Diocletian tried to address the inflation by issuing an Edict on Prices and Wages. This fixed the maximum prices that could be charged for goods and services. It also set the maximum wages that could be paid. However, this was largely ineffective, as people continued to trade at higher prices.

Diocletian’s reign was a time of economic turmoil for the Roman Empire. His policies were well-intentioned, but they had unintended consequences that made the situation worse.

Sound familiar?

The Bank of England printed £875bn into the economy under its QE programme.

If you had a money machine in your back garden that could print half of your salary each month without working for it, meaning you could spend not only your salary but half as much again, and retailers are service providers knew it – then spare money would be chasing goods and services which are of course limited.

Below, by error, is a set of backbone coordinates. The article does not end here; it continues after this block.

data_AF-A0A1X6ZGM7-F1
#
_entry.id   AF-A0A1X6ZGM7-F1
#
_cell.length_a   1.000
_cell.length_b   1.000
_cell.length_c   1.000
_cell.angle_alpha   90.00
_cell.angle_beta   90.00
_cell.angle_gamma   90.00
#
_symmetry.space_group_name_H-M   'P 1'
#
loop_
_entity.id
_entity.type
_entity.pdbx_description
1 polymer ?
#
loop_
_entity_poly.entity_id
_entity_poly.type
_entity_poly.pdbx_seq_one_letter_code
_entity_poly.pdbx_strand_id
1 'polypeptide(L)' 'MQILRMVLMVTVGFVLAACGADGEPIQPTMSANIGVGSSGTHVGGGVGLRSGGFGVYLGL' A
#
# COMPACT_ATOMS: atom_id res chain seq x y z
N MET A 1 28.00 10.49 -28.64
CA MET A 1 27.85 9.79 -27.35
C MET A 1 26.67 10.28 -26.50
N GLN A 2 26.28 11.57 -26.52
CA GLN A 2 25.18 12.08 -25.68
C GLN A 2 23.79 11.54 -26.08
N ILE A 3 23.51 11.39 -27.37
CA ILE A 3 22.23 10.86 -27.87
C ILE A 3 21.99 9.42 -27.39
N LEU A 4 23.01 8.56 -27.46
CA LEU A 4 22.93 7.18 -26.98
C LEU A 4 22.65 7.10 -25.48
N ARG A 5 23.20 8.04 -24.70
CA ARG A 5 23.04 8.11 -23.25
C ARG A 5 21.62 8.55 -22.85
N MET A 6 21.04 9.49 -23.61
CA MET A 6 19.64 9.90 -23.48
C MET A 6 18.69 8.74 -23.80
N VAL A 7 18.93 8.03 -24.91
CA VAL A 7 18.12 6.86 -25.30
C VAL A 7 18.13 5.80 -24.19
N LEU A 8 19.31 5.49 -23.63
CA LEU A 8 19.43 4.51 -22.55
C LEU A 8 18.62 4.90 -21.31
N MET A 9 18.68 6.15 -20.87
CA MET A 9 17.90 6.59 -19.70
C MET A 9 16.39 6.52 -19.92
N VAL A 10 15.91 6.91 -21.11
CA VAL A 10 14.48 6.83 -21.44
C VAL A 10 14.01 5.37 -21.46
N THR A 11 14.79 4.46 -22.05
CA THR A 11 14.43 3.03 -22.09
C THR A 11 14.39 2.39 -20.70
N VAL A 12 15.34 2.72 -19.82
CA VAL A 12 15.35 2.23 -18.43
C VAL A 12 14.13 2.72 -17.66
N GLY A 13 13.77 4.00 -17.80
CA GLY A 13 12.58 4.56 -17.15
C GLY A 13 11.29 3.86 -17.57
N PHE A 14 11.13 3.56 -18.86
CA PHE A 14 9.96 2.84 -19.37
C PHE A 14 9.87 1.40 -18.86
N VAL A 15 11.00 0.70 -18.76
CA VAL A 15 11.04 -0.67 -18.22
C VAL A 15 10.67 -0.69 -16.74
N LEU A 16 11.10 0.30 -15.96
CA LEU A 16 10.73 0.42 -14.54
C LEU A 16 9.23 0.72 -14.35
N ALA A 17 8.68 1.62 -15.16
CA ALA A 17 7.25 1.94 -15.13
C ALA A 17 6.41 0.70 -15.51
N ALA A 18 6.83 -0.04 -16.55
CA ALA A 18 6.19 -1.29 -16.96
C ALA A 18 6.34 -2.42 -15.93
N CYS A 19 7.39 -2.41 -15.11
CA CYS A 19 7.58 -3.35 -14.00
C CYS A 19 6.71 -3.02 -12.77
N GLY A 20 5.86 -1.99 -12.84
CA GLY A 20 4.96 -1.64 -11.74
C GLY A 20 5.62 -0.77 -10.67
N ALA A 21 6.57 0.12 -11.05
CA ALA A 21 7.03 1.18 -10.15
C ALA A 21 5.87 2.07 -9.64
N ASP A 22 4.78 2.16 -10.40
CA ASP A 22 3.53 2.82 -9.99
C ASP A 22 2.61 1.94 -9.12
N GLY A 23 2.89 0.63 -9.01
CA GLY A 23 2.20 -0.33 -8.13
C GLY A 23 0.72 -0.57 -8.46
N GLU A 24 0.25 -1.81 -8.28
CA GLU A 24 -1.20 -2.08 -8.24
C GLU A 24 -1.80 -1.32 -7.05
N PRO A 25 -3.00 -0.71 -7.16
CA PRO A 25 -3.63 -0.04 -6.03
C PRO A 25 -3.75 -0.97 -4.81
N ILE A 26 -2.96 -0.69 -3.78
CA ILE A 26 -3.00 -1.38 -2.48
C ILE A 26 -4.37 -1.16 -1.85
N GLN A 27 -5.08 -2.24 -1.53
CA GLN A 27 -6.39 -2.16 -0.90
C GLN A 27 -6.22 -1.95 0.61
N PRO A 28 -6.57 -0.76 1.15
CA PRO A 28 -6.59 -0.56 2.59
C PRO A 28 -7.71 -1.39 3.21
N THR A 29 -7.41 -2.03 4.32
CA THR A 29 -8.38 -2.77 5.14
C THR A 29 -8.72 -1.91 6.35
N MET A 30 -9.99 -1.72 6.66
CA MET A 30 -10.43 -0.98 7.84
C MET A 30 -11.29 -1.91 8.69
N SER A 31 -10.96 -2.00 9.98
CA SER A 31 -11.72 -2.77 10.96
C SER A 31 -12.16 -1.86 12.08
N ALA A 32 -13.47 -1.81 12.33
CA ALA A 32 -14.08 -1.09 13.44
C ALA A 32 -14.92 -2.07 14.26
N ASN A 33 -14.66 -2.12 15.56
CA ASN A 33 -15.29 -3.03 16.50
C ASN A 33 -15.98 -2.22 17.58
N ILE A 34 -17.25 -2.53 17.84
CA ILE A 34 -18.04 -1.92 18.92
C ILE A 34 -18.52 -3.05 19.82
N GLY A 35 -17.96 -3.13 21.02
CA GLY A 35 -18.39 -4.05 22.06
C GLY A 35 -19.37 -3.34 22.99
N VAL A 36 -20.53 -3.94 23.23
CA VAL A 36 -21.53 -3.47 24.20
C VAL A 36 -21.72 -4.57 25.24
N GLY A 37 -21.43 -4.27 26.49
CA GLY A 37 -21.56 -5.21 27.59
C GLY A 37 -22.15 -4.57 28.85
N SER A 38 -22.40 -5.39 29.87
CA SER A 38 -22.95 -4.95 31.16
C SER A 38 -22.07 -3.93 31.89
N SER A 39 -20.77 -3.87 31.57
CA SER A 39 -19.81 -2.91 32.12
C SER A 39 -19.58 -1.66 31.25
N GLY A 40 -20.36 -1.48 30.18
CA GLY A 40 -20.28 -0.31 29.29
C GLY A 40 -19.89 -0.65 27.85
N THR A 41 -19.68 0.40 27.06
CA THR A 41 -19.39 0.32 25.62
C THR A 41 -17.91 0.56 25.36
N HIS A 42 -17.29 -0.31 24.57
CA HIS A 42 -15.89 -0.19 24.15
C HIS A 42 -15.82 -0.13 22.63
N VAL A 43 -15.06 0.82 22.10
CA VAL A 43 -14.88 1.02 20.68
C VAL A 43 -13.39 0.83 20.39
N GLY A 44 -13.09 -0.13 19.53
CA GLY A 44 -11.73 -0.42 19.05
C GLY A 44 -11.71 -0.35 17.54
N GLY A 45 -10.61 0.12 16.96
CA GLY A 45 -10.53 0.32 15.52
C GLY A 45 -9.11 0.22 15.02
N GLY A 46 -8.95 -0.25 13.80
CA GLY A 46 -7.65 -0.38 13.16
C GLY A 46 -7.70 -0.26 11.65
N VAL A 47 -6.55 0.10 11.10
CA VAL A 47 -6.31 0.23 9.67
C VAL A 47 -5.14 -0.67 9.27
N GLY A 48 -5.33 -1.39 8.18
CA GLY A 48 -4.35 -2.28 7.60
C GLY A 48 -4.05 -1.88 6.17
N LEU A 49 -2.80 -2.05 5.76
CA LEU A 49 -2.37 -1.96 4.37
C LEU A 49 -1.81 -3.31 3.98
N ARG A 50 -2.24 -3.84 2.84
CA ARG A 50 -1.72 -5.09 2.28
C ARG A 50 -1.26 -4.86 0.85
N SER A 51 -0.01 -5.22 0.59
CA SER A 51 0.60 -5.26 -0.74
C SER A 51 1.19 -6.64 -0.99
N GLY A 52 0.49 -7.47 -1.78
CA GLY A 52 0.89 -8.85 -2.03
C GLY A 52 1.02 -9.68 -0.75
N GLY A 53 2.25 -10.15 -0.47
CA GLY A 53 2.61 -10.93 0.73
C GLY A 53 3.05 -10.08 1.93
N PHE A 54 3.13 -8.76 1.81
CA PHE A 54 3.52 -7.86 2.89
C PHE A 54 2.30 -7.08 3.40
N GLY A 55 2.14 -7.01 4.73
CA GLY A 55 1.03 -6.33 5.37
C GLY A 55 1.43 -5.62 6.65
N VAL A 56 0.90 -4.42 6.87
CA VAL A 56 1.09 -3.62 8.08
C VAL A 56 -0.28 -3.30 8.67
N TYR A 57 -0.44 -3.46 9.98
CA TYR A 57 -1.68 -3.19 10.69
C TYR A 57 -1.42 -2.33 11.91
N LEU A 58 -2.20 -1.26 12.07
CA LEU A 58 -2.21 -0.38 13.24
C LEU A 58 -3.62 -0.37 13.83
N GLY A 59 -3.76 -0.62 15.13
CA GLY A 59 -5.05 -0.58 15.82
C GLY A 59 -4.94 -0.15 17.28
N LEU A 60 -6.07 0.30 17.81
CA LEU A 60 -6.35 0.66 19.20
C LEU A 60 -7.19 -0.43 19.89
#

Causing…. that’s right. I N F L A T I O N. Lots of money chasing few goods means the prices of those goods go up. Think van prices during lockdown, second hand car prices

Imagine that everyone had a similar machine. Do you think goods and services might start to increase in price?

Too much money chasing limited goods and services is a major cause of the inflation we see now. Money printing is one part of it, but it’s compounded by low productivity and as we see now by energy policy.

All of these things can be managed by Government, that is their job.

Inflation is by design. On this occasion it is helping to reduce the effect of UK Government debt – inflation erodes the value of money. Making debt less. In the last few years the Bank of England has introduced.

I have just realised how distrustful all of that sounds. But, like you, I wish it wasn’t true.

Banking Crises.

There are plenty of concerns about the banks at the moment.

These fall into several areas.

  • Banks may make too many risky loans. When banks make loans to borrowers who are unlikely to be able to repay them, they are taking on too much risk. This can lead to a loss of confidence in the banking system, as people worry that their savings may not be safe.